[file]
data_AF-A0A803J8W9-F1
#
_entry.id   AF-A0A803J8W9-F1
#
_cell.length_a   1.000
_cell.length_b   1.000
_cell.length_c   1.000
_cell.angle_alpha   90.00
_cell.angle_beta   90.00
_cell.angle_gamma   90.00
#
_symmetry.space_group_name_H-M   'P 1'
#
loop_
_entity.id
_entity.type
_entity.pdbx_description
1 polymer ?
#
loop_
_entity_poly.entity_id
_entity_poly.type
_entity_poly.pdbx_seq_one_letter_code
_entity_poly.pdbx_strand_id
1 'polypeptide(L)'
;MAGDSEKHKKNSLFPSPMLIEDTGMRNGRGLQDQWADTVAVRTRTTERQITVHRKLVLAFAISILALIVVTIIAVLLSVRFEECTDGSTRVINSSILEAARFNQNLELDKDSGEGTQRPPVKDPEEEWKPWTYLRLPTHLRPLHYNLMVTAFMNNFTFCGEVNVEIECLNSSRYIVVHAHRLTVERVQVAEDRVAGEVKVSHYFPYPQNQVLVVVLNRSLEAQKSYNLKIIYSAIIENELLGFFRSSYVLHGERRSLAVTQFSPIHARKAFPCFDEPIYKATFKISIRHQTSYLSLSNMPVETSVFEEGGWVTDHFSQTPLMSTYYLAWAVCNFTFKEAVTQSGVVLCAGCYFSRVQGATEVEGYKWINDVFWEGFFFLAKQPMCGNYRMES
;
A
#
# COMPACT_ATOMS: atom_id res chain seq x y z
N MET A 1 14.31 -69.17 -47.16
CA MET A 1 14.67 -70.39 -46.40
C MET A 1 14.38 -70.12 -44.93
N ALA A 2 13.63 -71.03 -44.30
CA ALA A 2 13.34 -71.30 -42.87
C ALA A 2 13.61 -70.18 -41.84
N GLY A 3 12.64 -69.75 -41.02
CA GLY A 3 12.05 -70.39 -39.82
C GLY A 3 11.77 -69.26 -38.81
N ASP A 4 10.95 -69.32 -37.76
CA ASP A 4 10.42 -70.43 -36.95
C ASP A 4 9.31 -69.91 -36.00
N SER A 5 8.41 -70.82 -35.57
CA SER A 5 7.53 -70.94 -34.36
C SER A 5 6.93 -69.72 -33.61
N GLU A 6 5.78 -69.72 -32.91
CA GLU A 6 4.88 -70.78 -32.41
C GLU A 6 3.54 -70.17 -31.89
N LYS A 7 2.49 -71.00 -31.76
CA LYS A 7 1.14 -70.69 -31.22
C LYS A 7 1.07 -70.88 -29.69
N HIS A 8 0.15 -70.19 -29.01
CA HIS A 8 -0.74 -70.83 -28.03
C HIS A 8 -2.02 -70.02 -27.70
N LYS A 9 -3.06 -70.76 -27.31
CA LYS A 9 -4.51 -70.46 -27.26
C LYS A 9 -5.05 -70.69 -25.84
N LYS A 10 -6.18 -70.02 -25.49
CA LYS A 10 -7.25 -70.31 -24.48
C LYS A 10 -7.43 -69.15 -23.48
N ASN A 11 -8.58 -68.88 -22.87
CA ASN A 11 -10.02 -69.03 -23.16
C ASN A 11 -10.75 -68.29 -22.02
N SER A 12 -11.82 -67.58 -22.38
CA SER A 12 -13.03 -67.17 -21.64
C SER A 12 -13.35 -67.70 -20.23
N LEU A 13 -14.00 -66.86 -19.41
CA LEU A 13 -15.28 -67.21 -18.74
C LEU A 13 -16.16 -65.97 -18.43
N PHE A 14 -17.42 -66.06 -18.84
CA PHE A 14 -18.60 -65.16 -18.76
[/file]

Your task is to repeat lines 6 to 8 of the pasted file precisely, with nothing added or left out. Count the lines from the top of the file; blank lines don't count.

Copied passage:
_cell.length_b   1.000
_cell.length_c   1.000
_cell.angle_alpha   90.00